Fake NiMH and Lithium batteries have flooded the market. They advertise higher capacities than their true value. So, that’s where the Arduino battery capacity tester comes in to tell the difference.
Also, the device is effective for checking the capacity of recovered 18650 laptop LED batteries.
But how does the device work? Why do you need it? This article will answer all these questions, highlight detailed steps of building the device, and more.
Why Do You Need a Battery Capacity Tester?
Battery ratings are usually higher than their capacity, and the cells tend to age. So, If you plan to carry out the essential part of battery maintenance, it’s vital to get a battery capacity tester. And doing this test helps you know the remaining energy stored in your battery.
Additionally, it helps you know how much current your battery can deliver at a particular end voltage for a specific time.
Other benefits include:
- It helps you to know when to replace your battery.
- You’ll get insight into faulty intercell and weak cell connectors.
- It helps you know the position of your battery on its predictable life curve.
How Does a Battery Capacity Tester Work?
A battery capacity tester works by taking electrical capacity from a battery over a specific period. So, the amount of energy that the device extracts from the battery is equal to the battery’s ampere-hour rating.
Different batteries have different discharge limits. For instance, lead-acid batteries are 1.67V per cell. But, lead-acid batteries have a limit of 1.0V per cell. Hence, if you are using these batteries, you should have a minimum discharge of 20V and a nominal voltage of 24V.
The device may not give you the exact capacity of your battery. Instead, it will generate output equal to its ampere-hour rating. So, your battery is useful if it has a capacity of over 80% for an hour of discharge.
An ideal battery capacity tester ensures that it sustains a regular current of your battery’s ampere rating over a full discharge period. And the regular current will remain even if the battery terminal changes.
Also, the dynamic capacity tester helps to keep the discharge current constant by changing a battery’s load resistance based on the voltage. So, when discharge commences, the load resistance will change dynamically to sustain the required current. Also, the device will offer a resistance value at the terminal voltage.
DIY Arduino Battery Capacity Tester
Here, we’ll focus on creating a DIY Arduino-powered battery capacity tester in this section. You can run this project from home if you diligently follow the steps below.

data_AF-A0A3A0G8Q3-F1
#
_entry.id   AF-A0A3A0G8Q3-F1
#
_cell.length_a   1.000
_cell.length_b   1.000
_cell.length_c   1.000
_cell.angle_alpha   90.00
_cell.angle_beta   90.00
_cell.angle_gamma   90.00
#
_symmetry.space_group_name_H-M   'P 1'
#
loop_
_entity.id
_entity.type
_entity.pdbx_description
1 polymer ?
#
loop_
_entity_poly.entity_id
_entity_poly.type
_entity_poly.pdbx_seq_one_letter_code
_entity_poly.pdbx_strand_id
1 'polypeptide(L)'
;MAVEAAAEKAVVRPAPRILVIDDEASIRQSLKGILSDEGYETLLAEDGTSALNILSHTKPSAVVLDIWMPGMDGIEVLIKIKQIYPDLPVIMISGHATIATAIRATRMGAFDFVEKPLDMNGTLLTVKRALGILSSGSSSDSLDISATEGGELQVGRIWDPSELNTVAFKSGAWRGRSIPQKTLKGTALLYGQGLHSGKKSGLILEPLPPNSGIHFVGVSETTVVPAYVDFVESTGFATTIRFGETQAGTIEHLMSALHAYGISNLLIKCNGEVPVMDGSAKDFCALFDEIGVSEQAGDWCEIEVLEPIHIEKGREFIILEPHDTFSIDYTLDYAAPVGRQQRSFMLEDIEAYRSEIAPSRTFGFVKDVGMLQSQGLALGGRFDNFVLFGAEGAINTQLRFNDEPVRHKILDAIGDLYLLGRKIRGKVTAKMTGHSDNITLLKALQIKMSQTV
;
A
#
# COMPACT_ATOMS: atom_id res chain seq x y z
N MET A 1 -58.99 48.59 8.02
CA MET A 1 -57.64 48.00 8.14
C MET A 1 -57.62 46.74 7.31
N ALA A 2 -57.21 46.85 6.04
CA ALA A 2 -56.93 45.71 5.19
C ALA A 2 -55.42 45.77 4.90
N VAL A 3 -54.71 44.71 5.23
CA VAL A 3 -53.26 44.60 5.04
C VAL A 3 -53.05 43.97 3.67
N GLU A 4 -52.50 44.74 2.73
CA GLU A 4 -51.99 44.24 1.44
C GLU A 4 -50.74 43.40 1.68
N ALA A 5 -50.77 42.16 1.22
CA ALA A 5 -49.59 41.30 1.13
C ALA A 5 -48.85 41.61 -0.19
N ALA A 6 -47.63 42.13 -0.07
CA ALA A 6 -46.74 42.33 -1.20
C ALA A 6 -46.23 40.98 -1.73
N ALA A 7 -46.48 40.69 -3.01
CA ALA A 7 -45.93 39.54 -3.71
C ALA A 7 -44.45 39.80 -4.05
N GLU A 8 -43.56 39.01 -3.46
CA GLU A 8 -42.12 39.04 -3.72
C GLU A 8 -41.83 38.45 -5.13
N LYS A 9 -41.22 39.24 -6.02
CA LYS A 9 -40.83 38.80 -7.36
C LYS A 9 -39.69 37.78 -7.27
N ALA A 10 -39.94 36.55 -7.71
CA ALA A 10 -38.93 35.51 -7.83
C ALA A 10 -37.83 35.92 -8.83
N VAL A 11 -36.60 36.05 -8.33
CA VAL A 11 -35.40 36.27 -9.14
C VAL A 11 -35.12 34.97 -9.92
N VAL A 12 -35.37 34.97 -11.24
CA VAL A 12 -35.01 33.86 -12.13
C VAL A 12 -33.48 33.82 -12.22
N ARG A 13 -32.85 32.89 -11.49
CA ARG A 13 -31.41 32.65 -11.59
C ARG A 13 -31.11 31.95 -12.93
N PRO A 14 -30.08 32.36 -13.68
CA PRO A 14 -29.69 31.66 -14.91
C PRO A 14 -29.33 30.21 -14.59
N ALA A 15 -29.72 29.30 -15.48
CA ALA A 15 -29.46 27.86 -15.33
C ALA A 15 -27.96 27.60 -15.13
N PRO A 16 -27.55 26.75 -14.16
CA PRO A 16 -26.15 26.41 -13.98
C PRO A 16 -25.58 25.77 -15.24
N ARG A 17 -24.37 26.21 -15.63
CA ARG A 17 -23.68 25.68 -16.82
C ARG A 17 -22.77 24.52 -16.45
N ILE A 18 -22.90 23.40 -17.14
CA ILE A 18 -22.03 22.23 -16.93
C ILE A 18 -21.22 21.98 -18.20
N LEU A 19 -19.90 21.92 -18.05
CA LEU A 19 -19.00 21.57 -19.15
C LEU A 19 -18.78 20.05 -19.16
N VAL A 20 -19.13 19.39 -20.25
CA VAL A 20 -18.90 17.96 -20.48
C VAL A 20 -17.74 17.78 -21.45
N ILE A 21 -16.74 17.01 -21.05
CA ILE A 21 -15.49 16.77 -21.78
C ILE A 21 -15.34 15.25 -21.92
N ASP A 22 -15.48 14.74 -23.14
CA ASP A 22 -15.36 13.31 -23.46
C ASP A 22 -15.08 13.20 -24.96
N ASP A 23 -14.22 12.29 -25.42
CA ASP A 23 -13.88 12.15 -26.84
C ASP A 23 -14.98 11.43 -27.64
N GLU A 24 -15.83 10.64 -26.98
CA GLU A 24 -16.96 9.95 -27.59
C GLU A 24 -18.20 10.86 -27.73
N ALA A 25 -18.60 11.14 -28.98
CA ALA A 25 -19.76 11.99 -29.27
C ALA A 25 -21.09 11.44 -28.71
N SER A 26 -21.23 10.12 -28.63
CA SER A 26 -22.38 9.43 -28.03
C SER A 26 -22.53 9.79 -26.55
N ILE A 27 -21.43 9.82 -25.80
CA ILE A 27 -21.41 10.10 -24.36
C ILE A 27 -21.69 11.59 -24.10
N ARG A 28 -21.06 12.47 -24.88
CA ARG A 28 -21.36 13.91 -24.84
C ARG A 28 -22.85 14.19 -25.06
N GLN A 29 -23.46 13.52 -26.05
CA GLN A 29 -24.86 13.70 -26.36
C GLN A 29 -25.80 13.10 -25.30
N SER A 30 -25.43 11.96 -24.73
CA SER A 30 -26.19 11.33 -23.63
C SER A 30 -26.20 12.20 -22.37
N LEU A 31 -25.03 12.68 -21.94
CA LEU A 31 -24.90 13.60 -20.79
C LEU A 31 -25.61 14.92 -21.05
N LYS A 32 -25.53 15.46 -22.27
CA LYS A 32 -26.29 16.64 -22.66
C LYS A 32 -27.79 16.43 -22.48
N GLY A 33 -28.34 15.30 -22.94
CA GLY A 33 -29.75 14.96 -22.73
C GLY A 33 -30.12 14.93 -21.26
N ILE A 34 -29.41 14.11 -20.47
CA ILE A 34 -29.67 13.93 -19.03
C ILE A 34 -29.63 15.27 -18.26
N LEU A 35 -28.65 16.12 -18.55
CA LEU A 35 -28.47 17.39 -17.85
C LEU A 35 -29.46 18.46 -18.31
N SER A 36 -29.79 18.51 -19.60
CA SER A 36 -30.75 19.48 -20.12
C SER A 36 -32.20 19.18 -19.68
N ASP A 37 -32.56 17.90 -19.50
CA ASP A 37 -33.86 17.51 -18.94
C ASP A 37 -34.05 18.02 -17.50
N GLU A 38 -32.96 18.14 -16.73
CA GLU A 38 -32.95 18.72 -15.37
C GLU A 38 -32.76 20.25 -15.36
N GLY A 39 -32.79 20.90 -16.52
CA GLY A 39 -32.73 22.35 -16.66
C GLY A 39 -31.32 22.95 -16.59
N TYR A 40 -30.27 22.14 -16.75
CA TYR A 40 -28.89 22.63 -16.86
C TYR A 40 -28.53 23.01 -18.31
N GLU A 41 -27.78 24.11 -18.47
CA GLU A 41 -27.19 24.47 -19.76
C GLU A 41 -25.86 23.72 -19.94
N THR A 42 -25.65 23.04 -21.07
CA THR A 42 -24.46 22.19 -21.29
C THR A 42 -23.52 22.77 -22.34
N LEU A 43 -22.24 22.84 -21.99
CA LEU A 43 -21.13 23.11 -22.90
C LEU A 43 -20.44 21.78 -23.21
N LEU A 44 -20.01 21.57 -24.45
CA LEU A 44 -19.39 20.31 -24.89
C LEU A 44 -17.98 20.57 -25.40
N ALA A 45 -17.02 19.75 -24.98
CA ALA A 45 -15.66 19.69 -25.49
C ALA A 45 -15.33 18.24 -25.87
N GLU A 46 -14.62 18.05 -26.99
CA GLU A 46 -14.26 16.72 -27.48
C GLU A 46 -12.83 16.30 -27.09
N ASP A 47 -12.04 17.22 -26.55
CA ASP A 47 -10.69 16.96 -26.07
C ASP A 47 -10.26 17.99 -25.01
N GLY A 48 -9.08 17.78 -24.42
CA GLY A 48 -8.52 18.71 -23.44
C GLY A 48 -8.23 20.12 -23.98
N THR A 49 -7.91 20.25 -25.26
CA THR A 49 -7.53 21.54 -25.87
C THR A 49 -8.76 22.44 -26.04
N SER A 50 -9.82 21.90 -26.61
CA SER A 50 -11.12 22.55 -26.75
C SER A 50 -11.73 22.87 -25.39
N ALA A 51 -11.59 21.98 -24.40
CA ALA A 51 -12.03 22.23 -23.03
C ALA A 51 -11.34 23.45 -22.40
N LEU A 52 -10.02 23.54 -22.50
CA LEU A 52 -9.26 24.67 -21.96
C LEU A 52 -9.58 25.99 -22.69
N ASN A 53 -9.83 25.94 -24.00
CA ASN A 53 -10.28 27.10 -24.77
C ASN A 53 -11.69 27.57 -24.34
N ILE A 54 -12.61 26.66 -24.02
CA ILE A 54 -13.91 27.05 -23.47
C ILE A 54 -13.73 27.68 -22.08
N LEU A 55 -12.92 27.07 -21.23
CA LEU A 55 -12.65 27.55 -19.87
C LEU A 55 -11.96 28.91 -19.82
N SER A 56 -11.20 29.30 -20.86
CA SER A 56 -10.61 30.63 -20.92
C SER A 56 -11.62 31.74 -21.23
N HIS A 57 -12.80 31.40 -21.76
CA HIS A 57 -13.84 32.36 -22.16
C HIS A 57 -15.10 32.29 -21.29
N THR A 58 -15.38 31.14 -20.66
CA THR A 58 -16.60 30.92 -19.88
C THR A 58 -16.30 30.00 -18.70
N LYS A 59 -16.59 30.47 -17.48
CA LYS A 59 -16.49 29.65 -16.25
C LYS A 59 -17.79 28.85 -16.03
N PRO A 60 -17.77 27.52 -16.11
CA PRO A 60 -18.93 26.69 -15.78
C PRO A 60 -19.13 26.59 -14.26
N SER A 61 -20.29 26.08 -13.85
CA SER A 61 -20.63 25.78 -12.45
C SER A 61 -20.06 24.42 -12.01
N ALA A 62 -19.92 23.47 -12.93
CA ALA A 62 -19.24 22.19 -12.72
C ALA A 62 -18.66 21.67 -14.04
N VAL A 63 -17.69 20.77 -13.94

The Necessary Tools and Components Needed for the Project
- Wire stripper
- Soldering iron
- Clamp meter
- Hot air blower
- Push Button
- Ceramic ohm resistor
- Opamp LM358
- Capacitor 220uF
- Screw Terminal
- Push-Buttons Cap
- PCB Stand-off
- Arduino Nano
- Capacitor 100nF
- OLED display (0.96 inches)
- Prototype Board
- Power resistors (1M and 4.7K)
- Heatshrink Tubing
- LM385BZ_1.2 RF voltage reference
1. Draw the Battery Capacity Tester Schematics and Divide It Into Five Sections
- Buzzer circuit: You can use this buzzer circuit to notify the beginning and end of this project. Plus, an Arduino digital pin merges with the 5-volt buzzer.
- Battery voltage circuit: The Arduino analog pin measures the battery voltage. With C3 and C4 capacitors, you can easily filter noises from the steady current load circuit, and it can reduce the performance of the ADC conversion.
- Power supply circuit: It consists of a 9 volts DC jack, and it comes with two capacitors; C1 and C2. The Arduino pin (Vin) connects with the power output (Vout), and the Arduino voltage regulator steps down the current to 5 volts.
- Steady current load circuit: The Op-amp LM358 with two operational amps is the key element of this circuit. The R2 and C6 represent power resistors with a low-pass filter mechanism that removes the PWM signal Arduino pin D10 creates.
- UI circuit: Primarily, this circuit has a 0.96 inches display and two pushbuttons (down and up to push buttons for lowering and raising the pulse width of PWM). C7 and C8 are the perfect fit for debouncing push buttons, while R4 and R3 represent pull-up resistors suited for the down and up to push buttons.
2. How It Works
The OpAmp inputs Pin 2 and Pin 3 are one unified amp for this project. To open the MOSFET gate, you’ll have to establish the non-inverting input’s voltage by fine-tuning the PWM signal.
So, the current enters the R1 as the MOSFET switches on while creating a drop of voltage that gives the OpAmp negative feedback. This system allows the non-inverting and input voltages to be similar to the MOSFET control. Also, the load resistor’s current is directly proportional to the OpAmp’s non-inverting input voltage.
3. Calculating the Battery Capacity